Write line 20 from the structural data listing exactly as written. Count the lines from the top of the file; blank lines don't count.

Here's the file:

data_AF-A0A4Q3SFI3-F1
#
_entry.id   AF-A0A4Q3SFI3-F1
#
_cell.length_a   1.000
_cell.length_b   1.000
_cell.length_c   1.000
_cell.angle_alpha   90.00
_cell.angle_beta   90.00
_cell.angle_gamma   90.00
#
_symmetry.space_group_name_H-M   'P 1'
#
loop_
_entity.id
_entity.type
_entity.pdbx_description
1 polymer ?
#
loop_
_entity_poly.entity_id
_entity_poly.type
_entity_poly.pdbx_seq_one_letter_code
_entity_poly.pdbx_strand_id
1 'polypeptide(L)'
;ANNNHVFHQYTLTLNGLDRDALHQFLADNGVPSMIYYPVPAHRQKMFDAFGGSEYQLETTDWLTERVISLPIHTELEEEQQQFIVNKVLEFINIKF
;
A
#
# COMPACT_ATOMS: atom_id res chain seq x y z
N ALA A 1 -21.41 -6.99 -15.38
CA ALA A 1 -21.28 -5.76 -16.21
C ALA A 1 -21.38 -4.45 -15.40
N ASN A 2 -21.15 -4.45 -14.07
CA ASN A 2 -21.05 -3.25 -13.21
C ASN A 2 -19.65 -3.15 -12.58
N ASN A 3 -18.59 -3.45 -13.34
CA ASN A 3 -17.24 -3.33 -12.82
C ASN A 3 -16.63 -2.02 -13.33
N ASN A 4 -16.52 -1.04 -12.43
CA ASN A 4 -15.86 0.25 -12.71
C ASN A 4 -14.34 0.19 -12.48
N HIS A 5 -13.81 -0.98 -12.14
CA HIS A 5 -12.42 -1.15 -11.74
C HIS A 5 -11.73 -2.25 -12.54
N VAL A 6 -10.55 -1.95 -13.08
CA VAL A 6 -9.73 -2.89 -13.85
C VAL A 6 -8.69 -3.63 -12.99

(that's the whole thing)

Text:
loop_